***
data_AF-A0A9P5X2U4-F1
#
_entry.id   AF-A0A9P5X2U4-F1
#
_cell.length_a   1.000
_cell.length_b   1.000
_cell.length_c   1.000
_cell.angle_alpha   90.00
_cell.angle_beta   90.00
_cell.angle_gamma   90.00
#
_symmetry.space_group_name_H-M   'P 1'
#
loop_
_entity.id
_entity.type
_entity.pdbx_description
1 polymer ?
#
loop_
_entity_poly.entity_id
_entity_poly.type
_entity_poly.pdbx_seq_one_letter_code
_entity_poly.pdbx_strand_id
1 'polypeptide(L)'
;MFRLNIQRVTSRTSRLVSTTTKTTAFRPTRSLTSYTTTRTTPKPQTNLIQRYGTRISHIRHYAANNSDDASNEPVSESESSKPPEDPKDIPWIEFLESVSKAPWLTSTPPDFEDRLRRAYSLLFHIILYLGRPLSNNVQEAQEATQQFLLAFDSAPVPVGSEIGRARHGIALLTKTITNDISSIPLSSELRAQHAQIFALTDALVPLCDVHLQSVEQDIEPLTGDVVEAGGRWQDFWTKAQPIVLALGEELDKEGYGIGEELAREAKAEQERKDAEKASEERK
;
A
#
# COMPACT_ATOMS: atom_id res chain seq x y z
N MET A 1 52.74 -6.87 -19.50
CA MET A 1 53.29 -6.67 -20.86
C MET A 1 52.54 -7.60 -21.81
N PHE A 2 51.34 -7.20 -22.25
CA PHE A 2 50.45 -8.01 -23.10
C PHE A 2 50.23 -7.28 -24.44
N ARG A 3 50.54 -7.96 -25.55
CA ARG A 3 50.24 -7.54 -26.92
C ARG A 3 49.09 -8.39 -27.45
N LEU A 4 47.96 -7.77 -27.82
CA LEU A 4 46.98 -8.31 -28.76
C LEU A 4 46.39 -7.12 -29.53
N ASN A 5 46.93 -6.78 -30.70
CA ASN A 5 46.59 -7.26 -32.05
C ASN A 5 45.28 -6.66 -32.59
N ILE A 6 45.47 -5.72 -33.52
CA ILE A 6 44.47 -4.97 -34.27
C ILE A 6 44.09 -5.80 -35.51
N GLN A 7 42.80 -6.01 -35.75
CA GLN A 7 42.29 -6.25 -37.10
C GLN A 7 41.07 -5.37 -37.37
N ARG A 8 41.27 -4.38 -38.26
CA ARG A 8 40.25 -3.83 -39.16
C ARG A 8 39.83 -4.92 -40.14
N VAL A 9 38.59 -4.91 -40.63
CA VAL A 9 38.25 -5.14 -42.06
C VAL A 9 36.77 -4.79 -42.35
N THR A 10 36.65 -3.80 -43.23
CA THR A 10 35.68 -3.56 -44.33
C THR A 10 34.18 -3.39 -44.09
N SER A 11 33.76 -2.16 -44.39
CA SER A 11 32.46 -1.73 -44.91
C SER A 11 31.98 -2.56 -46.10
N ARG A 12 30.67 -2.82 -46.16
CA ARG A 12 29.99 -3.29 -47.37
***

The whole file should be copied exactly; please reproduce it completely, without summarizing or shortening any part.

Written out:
data_AF-A0A9P5X2U4-F1
#
_entry.id   AF-A0A9P5X2U4-F1
#
_cell.length_a   1.000
_cell.length_b   1.000
_cell.length_c   1.000
_cell.angle_alpha   90.00
_cell.angle_beta   90.00
_cell.angle_gamma   90.00
#
_symmetry.space_group_name_H-M   'P 1'
#
loop_
_entity.id
_entity.type
_entity.pdbx_description
1 polymer ?
#
loop_
_entity_poly.entity_id
_entity_poly.type
_entity_poly.pdbx_seq_one_letter_code
_entity_poly.pdbx_strand_id
1 'polypeptide(L)'
;MFRLNIQRVTSRTSRLVSTTTKTTAFRPTRSLTSYTTTRTTPKPQTNLIQRYGTRISHIRHYAANNSDDASNEPVSESESSKPPEDPKDIPWIEFLESVSKAPWLTSTPPDFEDRLRRAYSLLFHIILYLGRPLSNNVQEAQEATQQFLLAFDSAPVPVGSEIGRARHGIALLTKTITNDISSIPLSSELRAQHAQIFALTDALVPLCDVHLQSVEQDIEPLTGDVVEAGGRWQDFWTKAQPIVLALGEELDKEGYGIGEELAREAKAEQERKDAEKASEERK
;
A
#
# COMPACT_ATOMS: atom_id res chain seq x y z
N MET A 1 52.74 -6.87 -19.50
CA MET A 1 53.29 -6.67 -20.86
C MET A 1 52.54 -7.60 -21.81
N PHE A 2 51.34 -7.20 -22.25
CA PHE A 2 50.45 -8.01 -23.10
C PHE A 2 50.23 -7.28 -24.44
N ARG A 3 50.54 -7.96 -25.55
CA ARG A 3 50.24 -7.54 -26.92
C ARG A 3 49.09 -8.39 -27.45
N LEU A 4 47.96 -7.77 -27.82
CA LEU A 4 46.98 -8.31 -28.76
C LEU A 4 46.39 -7.12 -29.53
N ASN A 5 46.93 -6.78 -30.70
CA ASN A 5 46.59 -7.26 -32.05
C ASN A 5 45.28 -6.66 -32.59
N ILE A 6 45.47 -5.72 -33.52
CA ILE A 6 44.47 -4.97 -34.27
C ILE A 6 44.09 -5.80 -35.51
N GLN A 7 42.80 -6.01 -35.75
CA GLN A 7 42.29 -6.25 -37.10
C GLN A 7 41.07 -5.37 -37.37
N ARG A 8 41.27 -4.38 -38.26
CA ARG A 8 40.25 -3.83 -39.16
C ARG A 8 39.83 -4.92 -40.14
N VAL A 9 38.59 -4.91 -40.63
CA VAL A 9 38.25 -5.14 -42.06
C VAL A 9 36.77 -4.79 -42.35
N THR A 10 36.65 -3.80 -43.23
CA THR A 10 35.68 -3.56 -44.33
C THR A 10 34.18 -3.39 -44.09
N SER A 11 33.76 -2.16 -44.39
CA SER A 11 32.46 -1.73 -44.91
C SER A 11 31.98 -2.56 -46.10
N ARG A 12 30.67 -2.82 -46.16
CA ARG A 12 29.99 -3.29 -47.37